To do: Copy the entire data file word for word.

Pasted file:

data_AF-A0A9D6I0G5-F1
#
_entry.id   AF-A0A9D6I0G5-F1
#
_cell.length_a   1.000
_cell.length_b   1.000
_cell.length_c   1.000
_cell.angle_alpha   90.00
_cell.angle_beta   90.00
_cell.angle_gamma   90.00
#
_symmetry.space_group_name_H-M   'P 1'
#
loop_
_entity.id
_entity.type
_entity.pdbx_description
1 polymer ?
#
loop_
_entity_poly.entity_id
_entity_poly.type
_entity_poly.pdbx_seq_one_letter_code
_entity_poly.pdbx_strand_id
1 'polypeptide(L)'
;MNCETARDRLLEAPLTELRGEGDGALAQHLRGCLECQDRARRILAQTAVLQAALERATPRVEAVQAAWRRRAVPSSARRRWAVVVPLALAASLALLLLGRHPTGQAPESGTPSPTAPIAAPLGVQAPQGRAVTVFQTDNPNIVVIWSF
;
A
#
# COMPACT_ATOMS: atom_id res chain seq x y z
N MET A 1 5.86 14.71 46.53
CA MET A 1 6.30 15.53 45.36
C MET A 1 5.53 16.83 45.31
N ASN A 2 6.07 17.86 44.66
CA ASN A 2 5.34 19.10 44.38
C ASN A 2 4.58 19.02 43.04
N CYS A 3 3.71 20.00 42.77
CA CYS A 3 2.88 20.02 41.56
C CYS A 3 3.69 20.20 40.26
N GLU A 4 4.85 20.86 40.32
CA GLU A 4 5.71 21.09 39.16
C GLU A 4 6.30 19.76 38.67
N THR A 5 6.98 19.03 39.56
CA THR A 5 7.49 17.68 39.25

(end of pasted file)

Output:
data_AF-A0A9D6I0G5-F1
#
_entry.id   AF-A0A9D6I0G5-F1
#
_cell.length_a   1.000
_cell.length_b   1.000
_cell.length_c   1.000
_cell.angle_alpha   90.00
_cell.angle_beta   90.00
_cell.angle_gamma   90.00
#
_symmetry.space_group_name_H-M   'P 1'
#
loop_
_entity.id
_entity.type
_entity.pdbx_description
1 polymer ?
#
loop_
_entity_poly.entity_id
_entity_poly.type
_entity_poly.pdbx_seq_one_letter_code
_entity_poly.pdbx_strand_id
1 'polypeptide(L)'
;MNCETARDRLLEAPLTELRGEGDGALAQHLRGCLECQDRARRILAQTAVLQAALERATPRVEAVQAAWRRRAVPSSARRRWAVVVPLALAASLALLLLGRHPTGQAPESGTPSPTAPIAAPLGVQAPQGRAVTVFQTDNPNIVVIWSF
;
A
#
# COMPACT_ATOMS: atom_id res chain seq x y z
N MET A 1 5.86 14.71 46.53
CA MET A 1 6.30 15.53 45.36
C MET A 1 5.53 16.83 45.31
N ASN A 2 6.07 17.86 44.66
CA ASN A 2 5.34 19.10 44.38
C ASN A 2 4.58 19.02 43.04
N CYS A 3 3.71 20.00 42.77
CA CYS A 3 2.88 20.02 41.56
C CYS A 3 3.69 20.20 40.26
N GLU A 4 4.85 20.86 40.32
CA GLU A 4 5.71 21.09 39.16
C GLU A 4 6.30 19.76 38.67
N THR A 5 6.98 19.03 39.56
CA THR A 5 7.49 17.68 39.25